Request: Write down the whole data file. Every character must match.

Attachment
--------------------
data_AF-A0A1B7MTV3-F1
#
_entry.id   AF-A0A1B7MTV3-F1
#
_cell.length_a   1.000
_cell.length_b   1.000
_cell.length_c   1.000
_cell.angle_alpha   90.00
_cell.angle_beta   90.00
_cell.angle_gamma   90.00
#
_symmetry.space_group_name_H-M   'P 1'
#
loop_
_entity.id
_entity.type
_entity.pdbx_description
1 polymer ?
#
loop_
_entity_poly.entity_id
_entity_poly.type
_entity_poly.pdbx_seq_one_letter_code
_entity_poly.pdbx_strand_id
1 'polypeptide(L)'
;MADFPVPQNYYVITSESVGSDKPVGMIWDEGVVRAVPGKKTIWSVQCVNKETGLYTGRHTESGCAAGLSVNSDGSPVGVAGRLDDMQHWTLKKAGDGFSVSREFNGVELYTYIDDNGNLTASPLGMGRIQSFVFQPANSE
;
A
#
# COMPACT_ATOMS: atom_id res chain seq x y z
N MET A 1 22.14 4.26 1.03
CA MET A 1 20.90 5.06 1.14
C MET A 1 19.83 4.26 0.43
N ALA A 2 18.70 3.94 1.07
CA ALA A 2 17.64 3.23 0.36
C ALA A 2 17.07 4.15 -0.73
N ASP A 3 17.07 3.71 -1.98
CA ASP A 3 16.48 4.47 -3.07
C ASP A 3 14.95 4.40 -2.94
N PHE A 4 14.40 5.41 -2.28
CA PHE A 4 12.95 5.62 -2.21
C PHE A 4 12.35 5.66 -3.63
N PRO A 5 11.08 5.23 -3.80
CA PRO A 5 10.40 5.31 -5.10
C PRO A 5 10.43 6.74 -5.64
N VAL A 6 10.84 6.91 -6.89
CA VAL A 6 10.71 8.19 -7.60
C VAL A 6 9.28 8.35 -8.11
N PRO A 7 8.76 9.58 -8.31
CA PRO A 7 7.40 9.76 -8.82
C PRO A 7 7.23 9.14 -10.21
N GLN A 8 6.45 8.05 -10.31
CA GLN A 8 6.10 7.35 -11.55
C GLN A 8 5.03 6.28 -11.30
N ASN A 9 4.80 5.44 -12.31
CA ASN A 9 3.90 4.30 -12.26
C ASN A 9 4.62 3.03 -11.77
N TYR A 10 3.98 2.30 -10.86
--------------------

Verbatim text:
data_AF-A0A1B7MTV3-F1
#
_entry.id   AF-A0A1B7MTV3-F1
#
_cell.length_a   1.000
_cell.length_b   1.000
_cell.length_c   1.000
_cell.angle_alpha   90.00
_cell.angle_beta   90.00
_cell.angle_gamma   90.00
#
_symmetry.space_group_name_H-M   'P 1'
#
loop_
_entity.id
_entity.type
_entity.pdbx_description
1 polymer ?
#
loop_
_entity_poly.entity_id
_entity_poly.type
_entity_poly.pdbx_seq_one_letter_code
_entity_poly.pdbx_strand_id
1 'polypeptide(L)'
;MADFPVPQNYYVITSESVGSDKPVGMIWDEGVVRAVPGKKTIWSVQCVNKETGLYTGRHTESGCAAGLSVNSDGSPVGVAGRLDDMQHWTLKKAGDGFSVSREFNGVELYTYIDDNGNLTASPLGMGRIQSFVFQPANSE
;
A
#
# COMPACT_ATOMS: atom_id res chain seq x y z
N MET A 1 22.14 4.26 1.03
CA MET A 1 20.90 5.06 1.14
C MET A 1 19.83 4.26 0.43
N ALA A 2 18.70 3.94 1.07
CA ALA A 2 17.64 3.23 0.36
C ALA A 2 17.07 4.15 -0.73
N ASP A 3 17.07 3.71 -1.98
CA ASP A 3 16.48 4.47 -3.07
C ASP A 3 14.95 4.40 -2.94
N PHE A 4 14.40 5.41 -2.28
CA PHE A 4 12.95 5.62 -2.21
C PHE A 4 12.35 5.66 -3.63
N PRO A 5 11.08 5.23 -3.80
CA PRO A 5 10.40 5.31 -5.10
C PRO A 5 10.43 6.74 -5.64
N VAL A 6 10.84 6.91 -6.89
CA VAL A 6 10.71 8.19 -7.60
C VAL A 6 9.28 8.35 -8.11
N PRO A 7 8.76 9.58 -8.31
CA PRO A 7 7.40 9.76 -8.82
C PRO A 7 7.23 9.14 -10.21
N GLN A 8 6.45 8.05 -10.31
CA GLN A 8 6.10 7.35 -11.55
C GLN A 8 5.03 6.28 -11.30
N ASN A 9 4.80 5.44 -12.31
CA ASN A 9 3.90 4.30 -12.26
C ASN A 9 4.62 3.03 -11.77
N TYR A 10 3.98 2.30 -10.86